I have to confess that I was so excited to see a DVD about the Dead Sea Scrolls that I honestly didn't pay much attention to what it was actually about. So I was quite surprised when we sat down to watch it and I realized that yes, 1/3 of the DVD was about the Scrolls but there was much more to it than that!

The DVD is an hour long, but it is divided into three parts so don't feel pressured to watch it all in one sitting. We did, but that was simply because I was so fascinated that I wouldn't let the kids turn it off. Mysteries of the Dead Sea Scrolls is intended for general audiences with no specific age range mentioned. Our experience was it was completely "family friendly" with no scary, inappropriate, or violent content. I, as an adult, was, as I said, completely fascinated and wanted to watch it again right away. My 11 and 10 year olds were intrigued and stayed engaged the entire hour. My 8 and 7 year olds were fidgety but were still able to contribute to the discussion afterwards so they obviously got something out of it!

The first part was Joel Lampe talking about the Scrolls. He discussed who put them in the cave, why they were hidden so long, their discovery, and, most interesting how the 19,000 pieces were put back together. It was amazing just what a difficult job that was and how much patience and perseverance was required. It also impressed me how technology like infra-red cameras and even DNA was used in putting together the pieces of the puzzle.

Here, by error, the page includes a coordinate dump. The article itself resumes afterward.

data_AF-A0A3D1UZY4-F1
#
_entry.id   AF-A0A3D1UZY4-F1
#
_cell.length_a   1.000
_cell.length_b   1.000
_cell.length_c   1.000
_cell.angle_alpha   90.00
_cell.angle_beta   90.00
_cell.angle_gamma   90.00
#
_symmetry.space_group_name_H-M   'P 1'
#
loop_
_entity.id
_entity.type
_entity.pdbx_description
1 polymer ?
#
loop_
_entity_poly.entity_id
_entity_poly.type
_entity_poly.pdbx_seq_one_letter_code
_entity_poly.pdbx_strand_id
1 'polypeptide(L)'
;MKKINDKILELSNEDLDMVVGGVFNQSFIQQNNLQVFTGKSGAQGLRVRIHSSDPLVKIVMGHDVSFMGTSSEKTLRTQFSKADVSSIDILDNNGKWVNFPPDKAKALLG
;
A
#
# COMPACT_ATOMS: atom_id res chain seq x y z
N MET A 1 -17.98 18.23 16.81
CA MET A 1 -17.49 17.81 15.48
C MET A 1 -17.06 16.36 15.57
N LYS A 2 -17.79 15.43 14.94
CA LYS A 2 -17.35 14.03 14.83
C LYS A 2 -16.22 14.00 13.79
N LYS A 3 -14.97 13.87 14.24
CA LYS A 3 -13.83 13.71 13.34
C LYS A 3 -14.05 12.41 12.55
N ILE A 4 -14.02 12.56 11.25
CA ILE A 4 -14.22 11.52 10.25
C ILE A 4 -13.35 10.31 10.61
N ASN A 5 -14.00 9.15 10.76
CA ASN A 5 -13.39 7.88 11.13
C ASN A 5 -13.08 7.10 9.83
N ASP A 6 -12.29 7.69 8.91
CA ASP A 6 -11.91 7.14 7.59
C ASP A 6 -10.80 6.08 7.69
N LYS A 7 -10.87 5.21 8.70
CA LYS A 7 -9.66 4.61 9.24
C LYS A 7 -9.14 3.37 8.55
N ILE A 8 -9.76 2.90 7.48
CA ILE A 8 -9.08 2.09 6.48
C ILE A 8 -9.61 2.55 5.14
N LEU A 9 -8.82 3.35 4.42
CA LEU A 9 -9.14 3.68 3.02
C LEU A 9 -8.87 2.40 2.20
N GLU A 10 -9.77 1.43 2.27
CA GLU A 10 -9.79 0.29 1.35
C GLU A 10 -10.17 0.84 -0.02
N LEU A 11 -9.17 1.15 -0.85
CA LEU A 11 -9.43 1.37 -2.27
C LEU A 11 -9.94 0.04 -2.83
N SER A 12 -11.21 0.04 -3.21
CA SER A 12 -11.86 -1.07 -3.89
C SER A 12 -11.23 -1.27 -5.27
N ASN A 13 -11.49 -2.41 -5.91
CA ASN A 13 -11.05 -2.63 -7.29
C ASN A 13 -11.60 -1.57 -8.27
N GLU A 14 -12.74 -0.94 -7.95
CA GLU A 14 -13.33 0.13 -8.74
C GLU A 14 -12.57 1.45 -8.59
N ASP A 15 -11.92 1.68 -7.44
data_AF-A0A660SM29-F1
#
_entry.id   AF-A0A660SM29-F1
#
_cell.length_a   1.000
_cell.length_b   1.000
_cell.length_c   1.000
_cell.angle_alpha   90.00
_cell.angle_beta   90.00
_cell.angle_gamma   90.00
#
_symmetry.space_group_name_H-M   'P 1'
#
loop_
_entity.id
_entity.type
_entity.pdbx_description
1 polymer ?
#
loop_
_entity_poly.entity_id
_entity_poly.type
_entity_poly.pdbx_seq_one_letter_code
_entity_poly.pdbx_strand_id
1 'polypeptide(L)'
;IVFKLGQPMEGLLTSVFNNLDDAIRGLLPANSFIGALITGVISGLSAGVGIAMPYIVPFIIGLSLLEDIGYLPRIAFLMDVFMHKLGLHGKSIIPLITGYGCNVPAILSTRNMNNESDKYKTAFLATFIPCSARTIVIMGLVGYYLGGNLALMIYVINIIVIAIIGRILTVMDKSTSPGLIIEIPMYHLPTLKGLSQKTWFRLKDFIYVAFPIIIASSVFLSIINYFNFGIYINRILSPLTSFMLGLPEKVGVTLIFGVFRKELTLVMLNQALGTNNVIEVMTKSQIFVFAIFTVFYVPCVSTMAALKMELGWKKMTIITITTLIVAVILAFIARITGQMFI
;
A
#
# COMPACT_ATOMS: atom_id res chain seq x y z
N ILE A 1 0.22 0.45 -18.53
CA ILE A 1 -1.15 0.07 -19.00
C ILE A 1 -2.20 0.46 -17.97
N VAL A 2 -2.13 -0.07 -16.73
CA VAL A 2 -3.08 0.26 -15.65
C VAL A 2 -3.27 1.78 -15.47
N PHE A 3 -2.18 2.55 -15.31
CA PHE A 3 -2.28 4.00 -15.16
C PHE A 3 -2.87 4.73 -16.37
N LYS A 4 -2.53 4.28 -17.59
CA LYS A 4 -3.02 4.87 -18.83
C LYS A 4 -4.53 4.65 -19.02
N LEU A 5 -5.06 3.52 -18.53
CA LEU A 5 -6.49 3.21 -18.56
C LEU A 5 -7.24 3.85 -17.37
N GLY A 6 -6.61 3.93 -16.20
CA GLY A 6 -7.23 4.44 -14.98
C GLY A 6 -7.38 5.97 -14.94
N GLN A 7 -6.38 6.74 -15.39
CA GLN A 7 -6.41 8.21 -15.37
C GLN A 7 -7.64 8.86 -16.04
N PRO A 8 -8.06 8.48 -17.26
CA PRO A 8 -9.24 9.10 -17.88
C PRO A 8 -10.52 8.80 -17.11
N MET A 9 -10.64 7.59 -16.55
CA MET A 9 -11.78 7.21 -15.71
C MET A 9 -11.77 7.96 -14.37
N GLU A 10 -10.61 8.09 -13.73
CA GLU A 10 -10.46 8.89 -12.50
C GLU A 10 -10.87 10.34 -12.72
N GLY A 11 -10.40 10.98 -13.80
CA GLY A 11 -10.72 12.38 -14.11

The second part was, hands down, my favorite. It was Dr. Frank Seekins explaining the word pictures of the Hebrew language. We learned that Hebrew is a word based language, and a picture based language and a relationship based language. And this is the language that God used to share Himself with us. Isn't that amazing?!? Truly, this part wasn't long enough! I was blown away by facts like, the word for husband and the word for wife are identical except for one letter. If you take that one letter from each picture word and put the two together, it forms the word for God. Without that one letter, both husband and wife become the picture word for destructive fire. So with God, marriage is a bringing of our differences into a picture of God's glory. Without God, man and woman together become a double (the ultimate in Hebrew) destructive fire. Isn't that amazing?!?! And there was more, but I won't give it all away!